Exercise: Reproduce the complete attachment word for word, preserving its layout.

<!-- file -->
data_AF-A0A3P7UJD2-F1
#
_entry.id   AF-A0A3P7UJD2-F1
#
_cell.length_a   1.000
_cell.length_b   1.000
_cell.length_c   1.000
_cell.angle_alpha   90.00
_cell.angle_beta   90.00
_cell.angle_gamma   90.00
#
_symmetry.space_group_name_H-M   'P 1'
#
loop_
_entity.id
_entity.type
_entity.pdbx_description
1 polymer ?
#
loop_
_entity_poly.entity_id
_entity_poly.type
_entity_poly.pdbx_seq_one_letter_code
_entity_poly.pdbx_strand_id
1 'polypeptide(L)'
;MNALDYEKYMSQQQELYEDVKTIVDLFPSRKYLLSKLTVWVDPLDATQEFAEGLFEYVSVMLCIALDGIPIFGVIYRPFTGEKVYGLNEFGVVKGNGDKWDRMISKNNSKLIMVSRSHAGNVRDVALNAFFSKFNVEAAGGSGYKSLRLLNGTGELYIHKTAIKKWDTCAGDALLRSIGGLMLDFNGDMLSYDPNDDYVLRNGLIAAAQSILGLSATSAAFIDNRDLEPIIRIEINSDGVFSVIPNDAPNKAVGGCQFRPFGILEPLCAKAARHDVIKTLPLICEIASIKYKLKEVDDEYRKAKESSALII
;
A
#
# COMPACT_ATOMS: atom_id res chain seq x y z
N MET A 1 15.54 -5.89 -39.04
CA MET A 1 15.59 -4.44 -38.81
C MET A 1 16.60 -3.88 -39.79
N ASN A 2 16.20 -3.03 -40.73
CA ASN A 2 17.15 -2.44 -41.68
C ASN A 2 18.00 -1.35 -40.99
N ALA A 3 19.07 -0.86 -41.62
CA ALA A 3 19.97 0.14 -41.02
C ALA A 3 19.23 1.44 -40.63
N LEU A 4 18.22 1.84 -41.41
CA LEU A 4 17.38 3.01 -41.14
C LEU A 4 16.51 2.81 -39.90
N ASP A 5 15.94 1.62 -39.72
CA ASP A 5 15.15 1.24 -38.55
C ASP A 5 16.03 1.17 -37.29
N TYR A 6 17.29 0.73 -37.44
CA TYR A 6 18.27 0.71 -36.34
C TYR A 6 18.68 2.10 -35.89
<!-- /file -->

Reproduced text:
data_AF-A0A3P7UJD2-F1
#
_entry.id   AF-A0A3P7UJD2-F1
#
_cell.length_a   1.000
_cell.length_b   1.000
_cell.length_c   1.000
_cell.angle_alpha   90.00
_cell.angle_beta   90.00
_cell.angle_gamma   90.00
#
_symmetry.space_group_name_H-M   'P 1'
#
loop_
_entity.id
_entity.type
_entity.pdbx_description
1 polymer ?
#
loop_
_entity_poly.entity_id
_entity_poly.type
_entity_poly.pdbx_seq_one_letter_code
_entity_poly.pdbx_strand_id
1 'polypeptide(L)'
;MNALDYEKYMSQQQELYEDVKTIVDLFPSRKYLLSKLTVWVDPLDATQEFAEGLFEYVSVMLCIALDGIPIFGVIYRPFTGEKVYGLNEFGVVKGNGDKWDRMISKNNSKLIMVSRSHAGNVRDVALNAFFSKFNVEAAGGSGYKSLRLLNGTGELYIHKTAIKKWDTCAGDALLRSIGGLMLDFNGDMLSYDPNDDYVLRNGLIAAAQSILGLSATSAAFIDNRDLEPIIRIEINSDGVFSVIPNDAPNKAVGGCQFRPFGILEPLCAKAARHDVIKTLPLICEIASIKYKLKEVDDEYRKAKESSALII
;
A
#
# COMPACT_ATOMS: atom_id res chain seq x y z
N MET A 1 15.54 -5.89 -39.04
CA MET A 1 15.59 -4.44 -38.81
C MET A 1 16.60 -3.88 -39.79
N ASN A 2 16.20 -3.03 -40.73
CA ASN A 2 17.15 -2.44 -41.68
C ASN A 2 18.00 -1.35 -40.99
N ALA A 3 19.07 -0.86 -41.62
CA ALA A 3 19.97 0.14 -41.02
C ALA A 3 19.23 1.44 -40.63
N LEU A 4 18.22 1.84 -41.41
CA LEU A 4 17.38 3.01 -41.14
C LEU A 4 16.51 2.81 -39.90
N ASP A 5 15.94 1.62 -39.72
CA ASP A 5 15.15 1.24 -38.55
C ASP A 5 16.03 1.17 -37.29
N TYR A 6 17.29 0.73 -37.44
CA TYR A 6 18.27 0.71 -36.34
C TYR A 6 18.68 2.10 -35.89